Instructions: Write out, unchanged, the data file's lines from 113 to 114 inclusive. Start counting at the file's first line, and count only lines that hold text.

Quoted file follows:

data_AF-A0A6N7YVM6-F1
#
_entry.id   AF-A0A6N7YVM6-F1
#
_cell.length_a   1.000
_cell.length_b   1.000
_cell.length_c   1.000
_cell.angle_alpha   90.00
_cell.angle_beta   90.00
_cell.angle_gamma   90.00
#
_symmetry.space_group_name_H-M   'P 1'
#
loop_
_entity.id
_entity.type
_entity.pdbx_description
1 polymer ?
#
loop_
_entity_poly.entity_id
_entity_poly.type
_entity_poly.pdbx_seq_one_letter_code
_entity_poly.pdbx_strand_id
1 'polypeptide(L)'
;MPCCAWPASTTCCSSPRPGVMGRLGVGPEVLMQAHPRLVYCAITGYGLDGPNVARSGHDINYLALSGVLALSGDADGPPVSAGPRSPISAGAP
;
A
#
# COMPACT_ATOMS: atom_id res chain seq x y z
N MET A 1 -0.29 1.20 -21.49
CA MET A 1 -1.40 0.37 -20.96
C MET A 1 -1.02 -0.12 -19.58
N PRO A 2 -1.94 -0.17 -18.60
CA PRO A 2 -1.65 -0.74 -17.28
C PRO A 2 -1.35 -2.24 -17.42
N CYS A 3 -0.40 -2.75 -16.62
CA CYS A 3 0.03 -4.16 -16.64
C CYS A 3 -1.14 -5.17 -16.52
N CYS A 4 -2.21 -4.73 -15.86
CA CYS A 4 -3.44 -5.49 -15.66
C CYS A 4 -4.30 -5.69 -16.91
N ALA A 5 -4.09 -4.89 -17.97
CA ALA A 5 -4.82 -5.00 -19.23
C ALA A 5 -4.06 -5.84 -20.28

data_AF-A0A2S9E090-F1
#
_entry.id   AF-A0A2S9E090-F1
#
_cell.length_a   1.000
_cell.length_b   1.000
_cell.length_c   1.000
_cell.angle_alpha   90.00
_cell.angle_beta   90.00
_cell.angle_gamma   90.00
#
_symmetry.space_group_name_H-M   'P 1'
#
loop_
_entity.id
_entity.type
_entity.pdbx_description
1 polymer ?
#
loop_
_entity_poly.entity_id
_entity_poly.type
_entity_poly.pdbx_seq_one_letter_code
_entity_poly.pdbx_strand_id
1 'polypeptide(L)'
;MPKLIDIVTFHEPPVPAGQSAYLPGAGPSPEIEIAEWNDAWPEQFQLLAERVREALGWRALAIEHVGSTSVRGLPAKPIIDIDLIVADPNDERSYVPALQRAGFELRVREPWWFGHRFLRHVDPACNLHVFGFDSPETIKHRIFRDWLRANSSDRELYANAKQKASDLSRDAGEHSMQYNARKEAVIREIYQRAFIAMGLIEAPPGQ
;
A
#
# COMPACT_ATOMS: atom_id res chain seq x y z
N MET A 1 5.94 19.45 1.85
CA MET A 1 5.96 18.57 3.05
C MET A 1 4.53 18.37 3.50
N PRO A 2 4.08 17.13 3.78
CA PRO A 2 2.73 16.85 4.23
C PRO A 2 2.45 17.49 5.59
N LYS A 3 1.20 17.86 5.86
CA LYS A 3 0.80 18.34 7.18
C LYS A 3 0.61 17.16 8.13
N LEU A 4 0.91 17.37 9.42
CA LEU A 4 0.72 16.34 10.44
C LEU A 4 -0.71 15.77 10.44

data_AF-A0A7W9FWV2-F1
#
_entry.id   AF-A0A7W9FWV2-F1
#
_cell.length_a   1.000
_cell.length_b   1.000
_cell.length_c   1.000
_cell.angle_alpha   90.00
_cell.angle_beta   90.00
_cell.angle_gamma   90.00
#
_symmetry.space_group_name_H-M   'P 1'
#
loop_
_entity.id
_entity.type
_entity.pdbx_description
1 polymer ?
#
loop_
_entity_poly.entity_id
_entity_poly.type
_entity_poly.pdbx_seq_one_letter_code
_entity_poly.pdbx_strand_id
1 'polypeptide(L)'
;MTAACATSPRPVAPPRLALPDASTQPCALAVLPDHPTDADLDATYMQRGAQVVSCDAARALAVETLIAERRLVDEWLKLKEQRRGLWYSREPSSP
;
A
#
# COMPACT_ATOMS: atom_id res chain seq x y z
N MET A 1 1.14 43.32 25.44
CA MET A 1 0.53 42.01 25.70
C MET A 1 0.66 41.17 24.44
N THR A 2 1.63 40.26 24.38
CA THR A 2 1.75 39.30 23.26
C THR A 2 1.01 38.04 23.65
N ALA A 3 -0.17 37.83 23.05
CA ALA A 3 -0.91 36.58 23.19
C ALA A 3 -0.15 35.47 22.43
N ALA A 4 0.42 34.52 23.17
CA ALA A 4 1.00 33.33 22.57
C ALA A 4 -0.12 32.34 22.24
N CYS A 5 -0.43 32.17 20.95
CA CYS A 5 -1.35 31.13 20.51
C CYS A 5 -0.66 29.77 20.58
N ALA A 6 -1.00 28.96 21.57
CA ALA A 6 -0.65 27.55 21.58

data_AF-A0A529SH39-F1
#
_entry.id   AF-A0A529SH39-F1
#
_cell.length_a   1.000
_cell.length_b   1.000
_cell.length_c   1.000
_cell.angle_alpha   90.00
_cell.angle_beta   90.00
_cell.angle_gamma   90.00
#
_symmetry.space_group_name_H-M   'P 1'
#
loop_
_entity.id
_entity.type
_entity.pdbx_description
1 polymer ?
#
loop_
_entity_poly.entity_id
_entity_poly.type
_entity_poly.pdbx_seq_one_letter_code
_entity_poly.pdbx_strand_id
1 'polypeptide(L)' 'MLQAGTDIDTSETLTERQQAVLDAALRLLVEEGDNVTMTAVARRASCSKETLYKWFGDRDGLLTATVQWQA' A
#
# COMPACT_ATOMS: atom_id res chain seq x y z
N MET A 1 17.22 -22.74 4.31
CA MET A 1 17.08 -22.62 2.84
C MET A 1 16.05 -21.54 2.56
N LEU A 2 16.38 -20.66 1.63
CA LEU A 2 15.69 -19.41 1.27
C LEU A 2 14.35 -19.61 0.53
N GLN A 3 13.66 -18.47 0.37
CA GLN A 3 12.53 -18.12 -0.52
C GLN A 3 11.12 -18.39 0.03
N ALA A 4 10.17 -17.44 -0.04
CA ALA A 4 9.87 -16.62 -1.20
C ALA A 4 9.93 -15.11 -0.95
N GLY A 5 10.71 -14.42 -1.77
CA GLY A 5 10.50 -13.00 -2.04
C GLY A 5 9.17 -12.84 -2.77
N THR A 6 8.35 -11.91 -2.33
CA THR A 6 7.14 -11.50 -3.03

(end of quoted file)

;MTAACATSPRPVAPPRLALPDASTQPCALAVLPDHPTDADLDATYMQRGAQVVSCDAARALAVETLIAERRLVDEWLKLKEQRRGLWYSREPSSP
;